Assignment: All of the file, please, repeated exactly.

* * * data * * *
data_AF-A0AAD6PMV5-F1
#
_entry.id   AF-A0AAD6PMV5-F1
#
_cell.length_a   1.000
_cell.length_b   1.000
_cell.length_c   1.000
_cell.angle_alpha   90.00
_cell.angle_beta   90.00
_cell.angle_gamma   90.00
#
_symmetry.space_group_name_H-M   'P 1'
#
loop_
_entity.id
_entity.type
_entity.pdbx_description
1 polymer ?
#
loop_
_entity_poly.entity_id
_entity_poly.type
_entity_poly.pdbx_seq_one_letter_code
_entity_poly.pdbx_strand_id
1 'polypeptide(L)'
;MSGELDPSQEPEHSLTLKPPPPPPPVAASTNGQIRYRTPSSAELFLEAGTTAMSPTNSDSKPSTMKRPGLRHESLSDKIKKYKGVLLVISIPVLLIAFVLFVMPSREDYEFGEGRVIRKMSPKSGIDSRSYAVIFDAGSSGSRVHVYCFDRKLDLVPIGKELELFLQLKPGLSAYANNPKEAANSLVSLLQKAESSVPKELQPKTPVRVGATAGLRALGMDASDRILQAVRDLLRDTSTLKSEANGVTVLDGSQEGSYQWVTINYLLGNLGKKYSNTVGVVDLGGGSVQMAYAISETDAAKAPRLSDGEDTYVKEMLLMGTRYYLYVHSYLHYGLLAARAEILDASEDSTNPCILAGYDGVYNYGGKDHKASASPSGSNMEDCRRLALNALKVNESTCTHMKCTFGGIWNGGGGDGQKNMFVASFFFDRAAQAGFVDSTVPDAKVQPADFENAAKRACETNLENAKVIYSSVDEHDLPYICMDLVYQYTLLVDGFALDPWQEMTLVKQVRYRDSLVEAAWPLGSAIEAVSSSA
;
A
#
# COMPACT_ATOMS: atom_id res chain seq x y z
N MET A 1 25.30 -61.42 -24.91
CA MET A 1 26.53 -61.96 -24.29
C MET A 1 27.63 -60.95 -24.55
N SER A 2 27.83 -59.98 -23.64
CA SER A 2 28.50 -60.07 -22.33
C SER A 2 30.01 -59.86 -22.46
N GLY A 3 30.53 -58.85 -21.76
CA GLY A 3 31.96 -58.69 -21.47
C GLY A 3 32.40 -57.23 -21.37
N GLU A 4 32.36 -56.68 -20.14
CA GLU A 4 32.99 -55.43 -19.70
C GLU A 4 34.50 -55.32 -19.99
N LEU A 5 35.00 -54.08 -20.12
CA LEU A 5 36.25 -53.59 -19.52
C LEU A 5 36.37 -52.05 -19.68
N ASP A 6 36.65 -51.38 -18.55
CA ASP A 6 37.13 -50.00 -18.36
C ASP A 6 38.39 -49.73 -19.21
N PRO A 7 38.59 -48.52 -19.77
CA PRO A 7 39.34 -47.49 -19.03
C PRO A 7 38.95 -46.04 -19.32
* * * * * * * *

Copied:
data_AF-A0AAD6PMV5-F1
#
_entry.id   AF-A0AAD6PMV5-F1
#
_cell.length_a   1.000
_cell.length_b   1.000
_cell.length_c   1.000
_cell.angle_alpha   90.00
_cell.angle_beta   90.00
_cell.angle_gamma   90.00
#
_symmetry.space_group_name_H-M   'P 1'
#
loop_
_entity.id
_entity.type
_entity.pdbx_description
1 polymer ?
#
loop_
_entity_poly.entity_id
_entity_poly.type
_entity_poly.pdbx_seq_one_letter_code
_entity_poly.pdbx_strand_id
1 'polypeptide(L)'
;MSGELDPSQEPEHSLTLKPPPPPPPVAASTNGQIRYRTPSSAELFLEAGTTAMSPTNSDSKPSTMKRPGLRHESLSDKIKKYKGVLLVISIPVLLIAFVLFVMPSREDYEFGEGRVIRKMSPKSGIDSRSYAVIFDAGSSGSRVHVYCFDRKLDLVPIGKELELFLQLKPGLSAYANNPKEAANSLVSLLQKAESSVPKELQPKTPVRVGATAGLRALGMDASDRILQAVRDLLRDTSTLKSEANGVTVLDGSQEGSYQWVTINYLLGNLGKKYSNTVGVVDLGGGSVQMAYAISETDAAKAPRLSDGEDTYVKEMLLMGTRYYLYVHSYLHYGLLAARAEILDASEDSTNPCILAGYDGVYNYGGKDHKASASPSGSNMEDCRRLALNALKVNESTCTHMKCTFGGIWNGGGGDGQKNMFVASFFFDRAAQAGFVDSTVPDAKVQPADFENAAKRACETNLENAKVIYSSVDEHDLPYICMDLVYQYTLLVDGFALDPWQEMTLVKQVRYRDSLVEAAWPLGSAIEAVSSSA
;
A
#
# COMPACT_ATOMS: atom_id res chain seq x y z
N MET A 1 25.30 -61.42 -24.91
CA MET A 1 26.53 -61.96 -24.29
C MET A 1 27.63 -60.95 -24.55
N SER A 2 27.83 -59.98 -23.64
CA SER A 2 28.50 -60.07 -22.33
C SER A 2 30.01 -59.86 -22.46
N GLY A 3 30.53 -58.85 -21.76
CA GLY A 3 31.96 -58.69 -21.47
C GLY A 3 32.40 -57.23 -21.37
N GLU A 4 32.36 -56.68 -20.14
CA GLU A 4 32.99 -55.43 -19.70
C GLU A 4 34.50 -55.32 -19.99
N LEU A 5 35.00 -54.08 -20.12
CA LEU A 5 36.25 -53.59 -19.52
C LEU A 5 36.37 -52.05 -19.68
N ASP A 6 36.65 -51.38 -18.55
CA ASP A 6 37.13 -50.00 -18.36
C ASP A 6 38.39 -49.73 -19.21
N PRO A 7 38.59 -48.52 -19.77
CA PRO A 7 39.34 -47.49 -19.03
C PRO A 7 38.95 -46.04 -19.32